Cucumber, Corn and Tomato Salsa

My co-worker gave me some cucumbers she and her husband had grown in their garden. I wanted to use them right away as they were so fresh. This is a variation on a classic cucumber and tomato salad. I added charred corn for sweetness and smokiness. I also added poblano and jalapeno for spice. 

2 small or 1 medium cucumber, diced
2 ears corn
3 vine tomatoes, diced
1 poblano, diced
1 jalapeno, minced
3 cloves garlic, minced

2 tbls apple cider vinegar
2 tbls olive oil
2 tsps dry dill
1 tsp garam masala
2 tsps salt

I wasn't about to turn on the broiler to cook the corn. It's been in the 90's here. Instead, I used the same technique often used to char bell pepper. Put the shucked ears directly over a gas flame on the stovetop. If you don't have a gas stovetop you can broil them or use an outdoor grill. 

The corn will pop and make a bit of a mess on your cooktop, but it's worth it. 

Char the corn evenly all around. Allow to cool and them cut the kernels off the cob. 

Stir together all i…

Embrace the Bean

I am currently seeking a job as a food creator at any nationwide chain restaurant. I have absolutely no experience working behind the scenes of the food service industry, but am infinitely experienced consuming the so called fruits of that labor.

As a non-meat eater I am so sick and tired of the truly pathetic choices offered to me when I decide to dine out.

I have created some truly delicious sandwiches sans meat. The restaurant industry really needs to embrace the bean. Black beans, red beans, pinto, lentil and more. The bean is a mighty and powerful bit of food. Cheap, tasty and easy to manipulate. Meat eaters will love the bean too if done right. Black bean lasagna is the bomb. Imitation bacon bits, black beans, pickle and Swiss cheese is an awesome Cuban vegetarian sandwich. Peanut butter and pinto beans and red onion. Hummus, curry lentils and cucumber. Cream cheese, garlic and red beans. Restaurants can charge less for bean sandwiches than they do for meat ones and people will still feel full and satisfied. The trick is how you market it. You've got to make it sound like something everyone will want, including meat eaters. Don't call them vegetarian sandwiches. Call them gourmet options.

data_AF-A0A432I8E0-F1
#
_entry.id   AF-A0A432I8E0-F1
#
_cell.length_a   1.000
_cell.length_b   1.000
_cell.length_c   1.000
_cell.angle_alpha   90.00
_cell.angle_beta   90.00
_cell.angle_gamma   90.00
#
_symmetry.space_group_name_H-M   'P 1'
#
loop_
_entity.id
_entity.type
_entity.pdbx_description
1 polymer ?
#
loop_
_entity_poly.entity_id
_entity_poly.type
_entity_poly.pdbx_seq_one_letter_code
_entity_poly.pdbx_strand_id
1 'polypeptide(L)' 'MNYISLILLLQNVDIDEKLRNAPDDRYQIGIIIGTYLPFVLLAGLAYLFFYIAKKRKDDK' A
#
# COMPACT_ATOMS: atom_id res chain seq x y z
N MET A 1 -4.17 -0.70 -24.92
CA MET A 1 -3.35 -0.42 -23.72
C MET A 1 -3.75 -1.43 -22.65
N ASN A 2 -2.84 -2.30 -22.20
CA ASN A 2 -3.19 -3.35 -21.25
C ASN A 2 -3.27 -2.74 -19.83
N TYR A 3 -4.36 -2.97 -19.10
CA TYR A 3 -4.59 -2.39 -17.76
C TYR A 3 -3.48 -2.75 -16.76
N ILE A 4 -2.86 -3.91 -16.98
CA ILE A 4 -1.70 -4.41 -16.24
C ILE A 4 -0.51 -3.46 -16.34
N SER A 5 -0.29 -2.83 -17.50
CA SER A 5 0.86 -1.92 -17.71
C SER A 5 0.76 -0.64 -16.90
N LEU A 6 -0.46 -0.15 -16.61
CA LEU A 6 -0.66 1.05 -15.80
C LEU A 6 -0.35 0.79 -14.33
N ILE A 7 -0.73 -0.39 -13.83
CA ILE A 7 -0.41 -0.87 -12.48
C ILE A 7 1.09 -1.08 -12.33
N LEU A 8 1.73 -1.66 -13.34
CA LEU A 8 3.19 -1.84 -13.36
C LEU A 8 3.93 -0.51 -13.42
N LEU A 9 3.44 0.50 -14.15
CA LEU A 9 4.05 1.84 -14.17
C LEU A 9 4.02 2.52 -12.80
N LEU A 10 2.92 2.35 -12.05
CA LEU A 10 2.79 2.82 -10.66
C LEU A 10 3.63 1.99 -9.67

There are endless bean sandwich possibilities. They are way better than meat sandwiches. There's also the faux meat cold cut option. But that stuff isn't as versatile. With beans you can use them in other ways as well. Bean salad. Beans in a regular salad. Beans in a pasta salad. Beans in soup. Even if no one orders the bean sandwich, but people will. But even if no one does, you can still use them up in other ways. Beans go in pretty much anything. There is no bad place to add beans.

After that happens I'd love to see the nutritional yeast topping option. It's called evolution. Let's try to keep up with it.